But it needn’t be Obamacare.
Pay close attention to the health care proposals the government is
rolling out this week. It’s a massive overhaul. Which may sound good,
It’s one thing to reform health care, it’s another to take it over.
For starters, President Obama unequivocally endorses the
creation of a new government-run insurance option for working age
Americans and their families. For weeks, Senator Baucus has hinted
that, well, maybe such an option isn’t necessary. That led many on the
left to put pressure back on Democrats in Congress to deliver what they
had promised — or else. With the president’s re-endorsement of the
idea (he supported it during his campaign), it is now inconceivable
that the Democrats won’t include a heavily price-controlled
government-run plan in the bill they try to pass.
The Obama letter also endorses a so-called “individual mandate” — a
requirement that everyone enroll in some kind of insurance or pay a
penalty. During the 2008 campaign, then-Senator Obama made a big deal
of opposing this idea — which was the centerpiece of Senator Hillary
Clinton’s reform agenda. Now, however, he has flip-flopped — as
Politico reported — and endorsed it…
The government can’t make people buy insurance if they
can’t afford it, so there needs to be an expansive new health-insurance
The bill will be enormously expensive, at a time when the federal government is already running massive budget deficits.
So what will the federal government do?
The Obama letter floats the idea which has been making
the rounds among Democrats for weeks. Instead of making tough budgetary
choices themselves, they are now hoping they can simply require some
unelected, unaccountable advisory group — the Medicare Payment Advisory
Commission (MedPac) — to find the savings for them.
This is the worst of all possible worlds. Call it the black box of
government-driven rationing of care. MedPac — or any other federal
agency for that matter — would be working from the same laundry list of
price-controls and fee cuts that Congress has always used to try to
control costs in governmental health programs. The idea that somehow an
existing or new agency will discover new ways to painlessly reduce
costs is a fiction. They would end up doing what every other government
around the world has done — impose artificial cost limits on providers
of services, which will reduce the number of willing suppliers and lead
to waiting lists and queues.
And the Republicans say what?
That a government insurance option is a terrible idea. No surprise
there. But this should be a debate, and here’s the other side.
“At a time when major government programs like Medicare
and Medicaid are already on a path to fiscal insolvency, creating a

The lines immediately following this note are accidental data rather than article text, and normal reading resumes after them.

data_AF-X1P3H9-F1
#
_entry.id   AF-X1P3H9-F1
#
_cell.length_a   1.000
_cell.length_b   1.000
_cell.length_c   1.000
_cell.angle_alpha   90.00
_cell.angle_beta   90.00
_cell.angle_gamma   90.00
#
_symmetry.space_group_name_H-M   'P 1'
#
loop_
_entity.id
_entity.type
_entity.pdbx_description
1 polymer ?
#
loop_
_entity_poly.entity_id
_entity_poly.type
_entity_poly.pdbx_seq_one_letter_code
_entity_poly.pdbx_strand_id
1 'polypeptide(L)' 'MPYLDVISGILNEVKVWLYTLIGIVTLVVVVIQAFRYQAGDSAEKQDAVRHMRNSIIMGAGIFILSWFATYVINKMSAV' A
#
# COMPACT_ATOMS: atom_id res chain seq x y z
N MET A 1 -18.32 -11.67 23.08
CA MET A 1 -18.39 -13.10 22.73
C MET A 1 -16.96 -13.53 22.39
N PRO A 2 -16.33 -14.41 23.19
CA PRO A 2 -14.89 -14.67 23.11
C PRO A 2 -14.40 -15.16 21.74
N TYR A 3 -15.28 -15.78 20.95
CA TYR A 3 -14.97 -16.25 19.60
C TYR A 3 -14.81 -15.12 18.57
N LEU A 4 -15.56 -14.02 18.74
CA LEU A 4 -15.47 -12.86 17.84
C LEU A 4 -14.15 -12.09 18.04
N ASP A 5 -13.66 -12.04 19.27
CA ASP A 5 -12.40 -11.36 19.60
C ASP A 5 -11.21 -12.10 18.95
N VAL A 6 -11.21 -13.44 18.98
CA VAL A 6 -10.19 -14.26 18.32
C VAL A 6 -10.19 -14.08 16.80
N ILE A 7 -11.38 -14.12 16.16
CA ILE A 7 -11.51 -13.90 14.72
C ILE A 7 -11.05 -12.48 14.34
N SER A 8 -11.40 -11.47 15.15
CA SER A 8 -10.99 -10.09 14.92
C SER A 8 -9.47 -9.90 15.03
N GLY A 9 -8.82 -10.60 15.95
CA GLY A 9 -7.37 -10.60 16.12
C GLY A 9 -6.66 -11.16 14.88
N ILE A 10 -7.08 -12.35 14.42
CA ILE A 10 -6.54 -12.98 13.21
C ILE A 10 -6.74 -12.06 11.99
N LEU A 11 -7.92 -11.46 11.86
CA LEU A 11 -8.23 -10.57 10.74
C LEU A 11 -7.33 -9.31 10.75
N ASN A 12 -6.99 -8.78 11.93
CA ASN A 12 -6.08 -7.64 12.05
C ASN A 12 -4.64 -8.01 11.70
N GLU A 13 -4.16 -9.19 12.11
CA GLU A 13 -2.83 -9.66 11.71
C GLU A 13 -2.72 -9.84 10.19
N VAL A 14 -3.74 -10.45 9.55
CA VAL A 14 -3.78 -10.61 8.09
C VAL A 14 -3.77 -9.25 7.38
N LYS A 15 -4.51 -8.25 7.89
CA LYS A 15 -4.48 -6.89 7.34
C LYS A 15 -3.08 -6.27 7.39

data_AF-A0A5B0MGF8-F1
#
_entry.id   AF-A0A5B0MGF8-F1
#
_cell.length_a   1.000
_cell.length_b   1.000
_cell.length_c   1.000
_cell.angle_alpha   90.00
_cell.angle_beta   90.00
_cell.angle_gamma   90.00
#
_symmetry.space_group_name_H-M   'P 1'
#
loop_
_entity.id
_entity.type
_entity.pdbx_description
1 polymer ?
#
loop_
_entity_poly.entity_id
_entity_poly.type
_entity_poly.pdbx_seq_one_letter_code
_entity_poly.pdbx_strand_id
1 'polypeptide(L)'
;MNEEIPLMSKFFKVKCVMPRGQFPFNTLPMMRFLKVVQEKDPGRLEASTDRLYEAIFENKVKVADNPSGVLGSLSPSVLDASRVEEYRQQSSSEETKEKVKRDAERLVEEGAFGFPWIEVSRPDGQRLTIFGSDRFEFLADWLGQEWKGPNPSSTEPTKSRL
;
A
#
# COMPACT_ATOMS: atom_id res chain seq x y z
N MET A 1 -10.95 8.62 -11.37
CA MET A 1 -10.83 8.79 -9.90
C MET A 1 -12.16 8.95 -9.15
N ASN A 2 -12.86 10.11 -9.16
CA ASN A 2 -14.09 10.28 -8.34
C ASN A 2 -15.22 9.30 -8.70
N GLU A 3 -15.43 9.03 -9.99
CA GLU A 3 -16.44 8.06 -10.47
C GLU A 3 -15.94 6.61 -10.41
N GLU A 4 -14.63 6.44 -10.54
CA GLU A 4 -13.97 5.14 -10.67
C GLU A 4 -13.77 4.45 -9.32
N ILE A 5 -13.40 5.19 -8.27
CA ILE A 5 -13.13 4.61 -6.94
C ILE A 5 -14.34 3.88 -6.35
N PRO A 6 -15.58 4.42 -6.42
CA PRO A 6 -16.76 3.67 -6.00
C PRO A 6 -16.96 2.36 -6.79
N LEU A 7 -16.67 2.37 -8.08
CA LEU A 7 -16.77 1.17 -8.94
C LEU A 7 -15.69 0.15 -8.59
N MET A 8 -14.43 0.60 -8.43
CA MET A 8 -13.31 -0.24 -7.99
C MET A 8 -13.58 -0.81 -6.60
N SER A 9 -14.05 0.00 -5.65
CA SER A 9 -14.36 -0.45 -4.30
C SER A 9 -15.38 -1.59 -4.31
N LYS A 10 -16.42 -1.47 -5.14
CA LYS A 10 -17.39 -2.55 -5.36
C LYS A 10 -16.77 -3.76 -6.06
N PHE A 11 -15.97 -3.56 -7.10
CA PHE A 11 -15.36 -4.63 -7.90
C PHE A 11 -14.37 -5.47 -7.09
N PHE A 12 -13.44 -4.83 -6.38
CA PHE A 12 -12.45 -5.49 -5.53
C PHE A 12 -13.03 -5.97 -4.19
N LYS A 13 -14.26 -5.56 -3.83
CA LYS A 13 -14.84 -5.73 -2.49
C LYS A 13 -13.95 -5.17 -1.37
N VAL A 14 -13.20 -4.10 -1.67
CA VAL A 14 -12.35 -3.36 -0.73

brand new government program will not only worsen our long term
financial outlook but also negatively impact American families who
enjoy the private coverage of their choice,” said the letter, signed by
all but one of the Finance Republicans.
If there’s one key point to focus on for now, it’s probably this:
Obama says his plan would allow Americans to keep
private coverage. But Republicans say once a government insurance
program is created, it will eventually dominate the market, driving
private insurers out of business.
Which is what the Heritage Foundation’s expert Bob Moffitt has been saying, with plenty of expertise and research to back it up.
The President says that Congress can create a “level
playing field” nationwide to ensure a fair competition between the
newly created public plan and private health plans and that Americans
who like the private health insurance coverage that they have today
will be able to keep it and pay less. This claim is simply not credible.
In fact, independent analysis estimates that millions of Americans
would be crowded out of their private coverage through the introduction
of a public plan, depending on the level of payment and the size of the
pool for eligible enrollees in such a new option.
Moreover, with an employer mandate–forcing employers to offer a
federally approved level or benefits or to pay a payroll tax–there
would be powerful incentives for employers to pay a tax and dump
employees into the public plan. The vast majority of working Americans
under 65, after all, get their health insurance through employers.
Those who do not have to buy health policies in the individual market
are subjected to tax and regulatory penalties.
If Congress creates a public plan, it is likely to be too big to fail, as is the case with so many other enterprises,
(though they said that about GM, and now look…)
thereby guaranteeing even greater burdens on taxpayers
who are already faced with the seemingly insurmountable debt imposed by
Social Security, Medicare, and Medicaid.
President Obama wants transparency and an active citizen participation in government. This debate needs both.